Slam

by

comment

It's like this. The first thing you're gonna do when you get to D.C. is forget about the Washington Monument. Forget you're a goddamn tourist in your own country. Tell yourself this ain't no test of good citizenship, you're no hero. Live -- for once -- outside the televised version of American history, see what that feels like. Stop snapping pictures: This ain't the Washington you know, the one in which you're supposed to feel supremely national and financially adequate. This is a war zone. Keep your eyes open if you wanna live. This is Dodge City you're looking at, you know what I'm saying? The housing projects. The ghetto.

His name is Raymond Joshua and he's a dealer. The kids worship him. He plays with them, buys them ice cream. "Everybody gonna get his," he tells them. He counts: one, two, three ... "Thirteen chocolate," he tells the ice cream man. "You got a rhyme or something?" the kids ask. Ray's a poet. He deals to survive.

Then his man gets shot in the head in the middle of a transaction. Ray runs, but the cops catch up. "Five to 10," the lawyer says; "you're a casualty of war." Ray doesn't want to hear this. "There's niggers out there doing mad shit and they're running free. I got a quarter pound of weed and you're telling me I got to serve five to 10 and there's not shit you can do for me?! Fuck this ol' casualty of war shit, man! I'm saying I'm just out there surviving!"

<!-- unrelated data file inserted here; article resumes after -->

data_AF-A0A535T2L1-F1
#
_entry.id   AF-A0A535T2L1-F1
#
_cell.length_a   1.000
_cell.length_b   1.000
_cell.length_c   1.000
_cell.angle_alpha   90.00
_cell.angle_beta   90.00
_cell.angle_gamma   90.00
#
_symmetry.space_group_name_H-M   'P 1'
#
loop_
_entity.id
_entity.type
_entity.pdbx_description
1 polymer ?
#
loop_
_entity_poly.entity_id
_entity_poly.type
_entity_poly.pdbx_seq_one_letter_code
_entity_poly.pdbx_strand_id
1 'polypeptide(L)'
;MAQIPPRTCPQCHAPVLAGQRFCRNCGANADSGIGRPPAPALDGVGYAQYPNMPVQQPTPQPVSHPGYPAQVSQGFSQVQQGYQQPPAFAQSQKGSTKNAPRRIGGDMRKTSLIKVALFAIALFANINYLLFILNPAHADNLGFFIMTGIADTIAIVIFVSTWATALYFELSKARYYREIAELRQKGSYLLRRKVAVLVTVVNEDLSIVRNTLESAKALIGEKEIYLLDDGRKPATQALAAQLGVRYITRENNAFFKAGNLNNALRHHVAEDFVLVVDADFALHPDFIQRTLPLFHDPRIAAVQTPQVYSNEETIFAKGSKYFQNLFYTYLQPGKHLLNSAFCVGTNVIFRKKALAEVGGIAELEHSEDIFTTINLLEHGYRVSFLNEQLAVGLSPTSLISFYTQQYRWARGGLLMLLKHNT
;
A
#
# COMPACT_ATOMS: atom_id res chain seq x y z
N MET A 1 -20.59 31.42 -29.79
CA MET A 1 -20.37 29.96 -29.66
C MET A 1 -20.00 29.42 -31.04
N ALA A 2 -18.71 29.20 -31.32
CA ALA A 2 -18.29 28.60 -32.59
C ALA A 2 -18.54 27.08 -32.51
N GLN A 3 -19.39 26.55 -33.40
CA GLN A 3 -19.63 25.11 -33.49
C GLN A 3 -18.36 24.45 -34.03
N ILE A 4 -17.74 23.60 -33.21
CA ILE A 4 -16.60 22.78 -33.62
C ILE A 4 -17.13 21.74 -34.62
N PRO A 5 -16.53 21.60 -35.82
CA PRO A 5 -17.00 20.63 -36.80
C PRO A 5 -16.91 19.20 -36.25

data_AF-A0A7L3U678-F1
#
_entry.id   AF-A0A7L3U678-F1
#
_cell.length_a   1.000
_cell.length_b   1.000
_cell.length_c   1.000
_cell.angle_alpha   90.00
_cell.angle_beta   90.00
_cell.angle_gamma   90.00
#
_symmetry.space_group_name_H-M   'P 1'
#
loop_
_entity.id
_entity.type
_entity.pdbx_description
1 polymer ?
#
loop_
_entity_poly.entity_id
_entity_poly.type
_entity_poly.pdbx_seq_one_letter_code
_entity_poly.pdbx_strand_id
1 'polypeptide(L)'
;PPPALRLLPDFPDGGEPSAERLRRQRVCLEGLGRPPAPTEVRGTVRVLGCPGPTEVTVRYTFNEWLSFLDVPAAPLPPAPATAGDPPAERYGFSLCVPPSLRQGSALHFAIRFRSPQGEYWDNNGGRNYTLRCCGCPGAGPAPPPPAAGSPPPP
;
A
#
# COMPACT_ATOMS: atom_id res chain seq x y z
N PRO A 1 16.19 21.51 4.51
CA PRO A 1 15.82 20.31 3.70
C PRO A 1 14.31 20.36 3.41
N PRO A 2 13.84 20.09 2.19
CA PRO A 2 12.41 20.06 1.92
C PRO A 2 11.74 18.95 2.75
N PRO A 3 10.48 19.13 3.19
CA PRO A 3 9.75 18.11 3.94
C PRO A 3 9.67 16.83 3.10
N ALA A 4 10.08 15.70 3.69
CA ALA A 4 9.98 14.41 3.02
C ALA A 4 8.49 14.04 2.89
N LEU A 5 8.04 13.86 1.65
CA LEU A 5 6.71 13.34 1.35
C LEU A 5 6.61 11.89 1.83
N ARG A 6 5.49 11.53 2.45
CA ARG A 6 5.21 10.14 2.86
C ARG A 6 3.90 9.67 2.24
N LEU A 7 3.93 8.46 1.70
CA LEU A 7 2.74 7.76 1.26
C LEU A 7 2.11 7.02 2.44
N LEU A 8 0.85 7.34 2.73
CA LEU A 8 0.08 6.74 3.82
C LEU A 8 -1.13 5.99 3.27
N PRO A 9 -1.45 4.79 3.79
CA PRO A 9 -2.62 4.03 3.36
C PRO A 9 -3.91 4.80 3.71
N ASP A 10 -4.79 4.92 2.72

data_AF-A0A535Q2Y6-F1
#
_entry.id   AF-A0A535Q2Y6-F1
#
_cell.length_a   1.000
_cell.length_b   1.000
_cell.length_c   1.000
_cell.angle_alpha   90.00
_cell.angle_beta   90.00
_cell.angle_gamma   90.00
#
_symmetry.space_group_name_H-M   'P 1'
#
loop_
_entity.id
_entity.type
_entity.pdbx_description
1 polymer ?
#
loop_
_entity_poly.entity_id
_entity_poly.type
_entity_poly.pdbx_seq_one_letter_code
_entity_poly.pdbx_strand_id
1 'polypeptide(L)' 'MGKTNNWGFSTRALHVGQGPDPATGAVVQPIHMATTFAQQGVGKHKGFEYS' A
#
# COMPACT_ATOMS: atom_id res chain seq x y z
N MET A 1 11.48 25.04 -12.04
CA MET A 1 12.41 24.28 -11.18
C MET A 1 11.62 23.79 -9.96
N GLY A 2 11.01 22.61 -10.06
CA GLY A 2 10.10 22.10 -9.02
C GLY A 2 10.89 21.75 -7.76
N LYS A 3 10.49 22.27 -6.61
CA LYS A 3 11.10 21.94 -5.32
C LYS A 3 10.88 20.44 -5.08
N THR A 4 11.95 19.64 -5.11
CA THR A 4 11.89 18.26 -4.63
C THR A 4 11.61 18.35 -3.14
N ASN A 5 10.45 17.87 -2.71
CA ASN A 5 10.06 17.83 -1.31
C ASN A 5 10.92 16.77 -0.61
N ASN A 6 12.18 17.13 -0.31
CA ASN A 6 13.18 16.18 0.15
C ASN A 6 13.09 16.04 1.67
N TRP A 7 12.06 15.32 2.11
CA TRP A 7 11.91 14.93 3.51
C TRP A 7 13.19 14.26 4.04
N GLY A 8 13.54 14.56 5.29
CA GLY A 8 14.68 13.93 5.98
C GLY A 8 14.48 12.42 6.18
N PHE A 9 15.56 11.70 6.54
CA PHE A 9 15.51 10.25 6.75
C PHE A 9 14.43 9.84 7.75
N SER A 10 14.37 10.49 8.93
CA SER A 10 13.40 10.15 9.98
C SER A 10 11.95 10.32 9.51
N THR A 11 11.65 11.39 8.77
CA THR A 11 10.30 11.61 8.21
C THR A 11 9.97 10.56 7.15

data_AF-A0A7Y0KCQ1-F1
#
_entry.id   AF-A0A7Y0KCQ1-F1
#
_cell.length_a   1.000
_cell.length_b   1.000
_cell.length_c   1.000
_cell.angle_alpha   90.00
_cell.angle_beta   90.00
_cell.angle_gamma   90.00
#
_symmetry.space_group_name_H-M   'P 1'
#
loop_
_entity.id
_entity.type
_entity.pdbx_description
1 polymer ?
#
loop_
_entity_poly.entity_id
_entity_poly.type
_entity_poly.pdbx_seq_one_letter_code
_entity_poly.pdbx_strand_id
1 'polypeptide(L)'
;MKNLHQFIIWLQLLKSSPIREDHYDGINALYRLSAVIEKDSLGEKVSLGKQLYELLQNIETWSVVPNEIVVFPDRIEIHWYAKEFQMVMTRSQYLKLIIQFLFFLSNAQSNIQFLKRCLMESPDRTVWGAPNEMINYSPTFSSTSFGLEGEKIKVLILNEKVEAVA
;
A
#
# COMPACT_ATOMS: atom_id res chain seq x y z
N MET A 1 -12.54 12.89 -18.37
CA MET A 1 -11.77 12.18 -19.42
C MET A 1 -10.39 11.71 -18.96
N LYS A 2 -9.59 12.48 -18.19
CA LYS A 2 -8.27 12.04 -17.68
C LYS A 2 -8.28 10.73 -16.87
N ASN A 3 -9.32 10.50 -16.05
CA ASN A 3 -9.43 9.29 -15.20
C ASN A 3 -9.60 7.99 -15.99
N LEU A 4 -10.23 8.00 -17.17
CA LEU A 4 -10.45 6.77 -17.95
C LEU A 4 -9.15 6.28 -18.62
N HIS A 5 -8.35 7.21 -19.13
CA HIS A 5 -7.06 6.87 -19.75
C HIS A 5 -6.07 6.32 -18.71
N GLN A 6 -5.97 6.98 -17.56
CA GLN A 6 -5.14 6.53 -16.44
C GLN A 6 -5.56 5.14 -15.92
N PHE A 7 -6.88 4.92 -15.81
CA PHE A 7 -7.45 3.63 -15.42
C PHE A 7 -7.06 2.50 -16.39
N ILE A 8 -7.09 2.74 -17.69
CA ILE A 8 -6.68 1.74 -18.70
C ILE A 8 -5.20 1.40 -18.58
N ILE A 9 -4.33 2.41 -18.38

Now he's in the city jail and everybody wants a piece of him. But he's going to get out and meet with Lauren, and she'll take him to the poetry club to kick a few pieces. And that's gonna be his night. Lauren teaches creative writing in prison. "I shot three motherfuckers and I didn't know why/ I guess I just wanted to see something die." Ray still remembers that poem. But now he's got to talk to his people and tell them: no more shooting, no retaliation. Dodge City ain't breaking up -- this ain't the Temptations. If you wanna be free, you have to be free inside.

Slam. Call it drama vérité, guerrilla-style filmmaking, a formidable performance piece by director Marc Levin (Gang War), producer Richard Stratton (eight years for smuggling marijuana), actor-poet Saul Williams (Ray) and poet Sonja Sohn (Lauren). It's about a real prison, with real prisoners and real prison guards. It's about kicking rhymes until there's nothing left but the freedom. Like Ray says, "This ain't no metaphor. This is my life."

E-mail comments to letters@metrotimes.com.

We welcome readers to submit letters regarding articles and content in Detroit Metro Times. Letters should be a minimum of 150 words, refer to content that has appeared on Detroit Metro Times, and must include the writer's full name, address, and phone number for verification purposes. No attachments will be considered. Writers of letters selected for publication will be notified via email. Letters may be edited and shortened for space.

Email us at letters@metrotimes.com.

Detroit Metro Times works for you, and your support is essential.

Our small but mighty local team works tirelessly to bring you high-quality, uncensored news and cultural coverage of Detroit and beyond.

Unlike many newspapers, ours is free – and we'd like to keep it that way, because we believe, now more than ever, everyone deserves access to accurate, independent coverage of their community.

Whether it's a one-time acknowledgement of this article or an ongoing pledge, your support helps keep Detroit's true free press free.